This is a simple general-purpose handler that collects job running stats for each worker. For each worker, it computes things like the number of jobs started, number of jobs finished and unfinished, and total amount of time the worker worked. It also shows the total amount of time used by the whole workflow.

Configure AutoML

Following Clara Train convention, AutoML’s component configuration is done via a JSON file, “config_automl.json”, in the “config” folder of the main MMAR. The following is a typical example:


{ "handlers": [ { "name": "MMARHandler", "args": { "num_mmars_to_keep": 3, "stop_threshold": 0.9 } }, { "name": "StatsHandler" } ], "executor": { "name": "MMARExecutor" }, "controller": { "name": "TestController", "args": { "total_recs": 10, "max_recs_each_time": 3 } } }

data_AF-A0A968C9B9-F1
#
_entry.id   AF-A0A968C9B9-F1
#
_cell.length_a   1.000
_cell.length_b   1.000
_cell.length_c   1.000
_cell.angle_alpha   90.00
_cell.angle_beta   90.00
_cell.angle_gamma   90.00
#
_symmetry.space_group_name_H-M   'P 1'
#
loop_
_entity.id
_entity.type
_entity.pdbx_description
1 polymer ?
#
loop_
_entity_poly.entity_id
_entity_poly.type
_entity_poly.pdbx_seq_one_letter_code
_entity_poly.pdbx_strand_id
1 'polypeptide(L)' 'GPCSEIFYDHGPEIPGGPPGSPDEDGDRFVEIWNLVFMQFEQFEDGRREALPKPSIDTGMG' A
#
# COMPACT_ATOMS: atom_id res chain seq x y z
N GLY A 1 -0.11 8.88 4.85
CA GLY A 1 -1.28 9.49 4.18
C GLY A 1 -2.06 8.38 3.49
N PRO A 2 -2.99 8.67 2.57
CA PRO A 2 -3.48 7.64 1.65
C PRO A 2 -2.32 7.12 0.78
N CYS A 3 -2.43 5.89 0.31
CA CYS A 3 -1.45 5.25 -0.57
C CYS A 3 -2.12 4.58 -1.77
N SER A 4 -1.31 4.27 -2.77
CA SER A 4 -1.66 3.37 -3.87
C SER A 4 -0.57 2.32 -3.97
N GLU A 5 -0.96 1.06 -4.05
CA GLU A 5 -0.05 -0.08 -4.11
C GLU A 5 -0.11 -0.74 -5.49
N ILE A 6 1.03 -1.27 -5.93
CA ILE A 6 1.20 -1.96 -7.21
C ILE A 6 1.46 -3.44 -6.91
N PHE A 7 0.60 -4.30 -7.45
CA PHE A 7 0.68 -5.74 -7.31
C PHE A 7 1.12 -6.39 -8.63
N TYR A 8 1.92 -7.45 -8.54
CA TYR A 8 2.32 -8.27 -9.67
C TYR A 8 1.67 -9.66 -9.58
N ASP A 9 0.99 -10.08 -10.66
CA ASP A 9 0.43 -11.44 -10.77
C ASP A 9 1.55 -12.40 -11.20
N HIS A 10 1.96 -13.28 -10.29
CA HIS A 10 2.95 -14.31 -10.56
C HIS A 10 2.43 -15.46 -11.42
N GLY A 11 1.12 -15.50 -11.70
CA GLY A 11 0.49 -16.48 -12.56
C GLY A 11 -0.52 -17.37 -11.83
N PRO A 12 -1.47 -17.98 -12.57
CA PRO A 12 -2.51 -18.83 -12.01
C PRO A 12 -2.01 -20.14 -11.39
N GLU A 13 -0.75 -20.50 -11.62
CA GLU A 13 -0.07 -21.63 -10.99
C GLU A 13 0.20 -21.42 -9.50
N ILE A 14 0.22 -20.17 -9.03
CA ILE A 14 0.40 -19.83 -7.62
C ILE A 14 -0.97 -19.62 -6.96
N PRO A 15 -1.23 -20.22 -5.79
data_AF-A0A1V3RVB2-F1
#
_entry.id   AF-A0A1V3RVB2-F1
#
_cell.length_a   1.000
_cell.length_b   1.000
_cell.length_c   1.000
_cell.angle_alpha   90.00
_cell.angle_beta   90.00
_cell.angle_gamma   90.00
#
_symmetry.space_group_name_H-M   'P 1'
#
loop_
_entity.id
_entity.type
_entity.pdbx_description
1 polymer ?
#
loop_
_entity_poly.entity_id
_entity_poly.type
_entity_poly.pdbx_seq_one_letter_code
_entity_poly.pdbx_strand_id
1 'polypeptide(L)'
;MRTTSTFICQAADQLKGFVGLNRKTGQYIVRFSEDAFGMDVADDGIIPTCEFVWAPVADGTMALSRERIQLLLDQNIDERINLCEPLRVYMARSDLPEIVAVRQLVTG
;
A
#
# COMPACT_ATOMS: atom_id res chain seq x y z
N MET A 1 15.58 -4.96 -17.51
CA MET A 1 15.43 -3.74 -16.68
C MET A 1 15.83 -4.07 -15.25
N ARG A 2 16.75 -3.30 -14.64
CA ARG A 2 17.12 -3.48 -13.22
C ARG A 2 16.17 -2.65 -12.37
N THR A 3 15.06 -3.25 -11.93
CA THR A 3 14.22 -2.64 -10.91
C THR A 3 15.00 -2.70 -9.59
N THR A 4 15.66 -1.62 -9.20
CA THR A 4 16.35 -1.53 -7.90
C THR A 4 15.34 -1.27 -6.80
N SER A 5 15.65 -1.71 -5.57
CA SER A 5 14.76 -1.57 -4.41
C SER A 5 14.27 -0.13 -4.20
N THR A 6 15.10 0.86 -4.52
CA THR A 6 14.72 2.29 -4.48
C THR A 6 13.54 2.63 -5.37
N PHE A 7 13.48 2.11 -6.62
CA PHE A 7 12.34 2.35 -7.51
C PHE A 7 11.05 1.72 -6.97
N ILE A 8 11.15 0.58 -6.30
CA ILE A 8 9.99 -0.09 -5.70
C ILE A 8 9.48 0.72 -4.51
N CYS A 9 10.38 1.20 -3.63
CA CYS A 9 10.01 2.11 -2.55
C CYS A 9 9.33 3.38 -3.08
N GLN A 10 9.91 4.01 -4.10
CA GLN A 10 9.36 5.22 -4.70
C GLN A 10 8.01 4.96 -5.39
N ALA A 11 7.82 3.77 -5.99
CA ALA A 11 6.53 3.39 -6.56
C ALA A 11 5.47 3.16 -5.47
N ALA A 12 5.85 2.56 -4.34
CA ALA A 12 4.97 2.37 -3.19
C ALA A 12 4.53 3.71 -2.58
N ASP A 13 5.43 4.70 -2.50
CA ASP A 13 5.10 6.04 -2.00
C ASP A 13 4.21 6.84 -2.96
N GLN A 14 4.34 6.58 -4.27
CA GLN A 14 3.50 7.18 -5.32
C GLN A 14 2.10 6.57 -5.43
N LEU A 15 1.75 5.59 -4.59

Option to only copy essential config and command files

In Clara Train 3.1, AutoML has been enhanced with a flag to allow for copying only essential config and command files of the MMAR to avoid duplicating any test files, data, or scripts that could be contained within. This can be set based on the configuration of the MMARHandler, as shown in the following example.

To copy only the key content from the base MMAR, set “key_mmar_content_only” to true (default is false). In this case, you must also specify the data_list_file_name explicitly if it is in the MMAR’s “config” folder.


{ "handlers": [ { "name": "MMARHandler", "args": { "num_mmars_to_keep": 20, "stop_threshold": 0.8, "train_config_file": "{trainconf}", "work_dir": "{workdir}", "key_mmar_content_only": true,"data_list_file_name": "dataset_0.json" } }, ], ...

BYOC for AutoML

You can Bring your own components (BYOC) for AutoML by bringing your own implementation for any of these AutoML components. When implementing your components, you must follow the API signatures of the component definitions - please refer to the component API specs in AutoML user guide.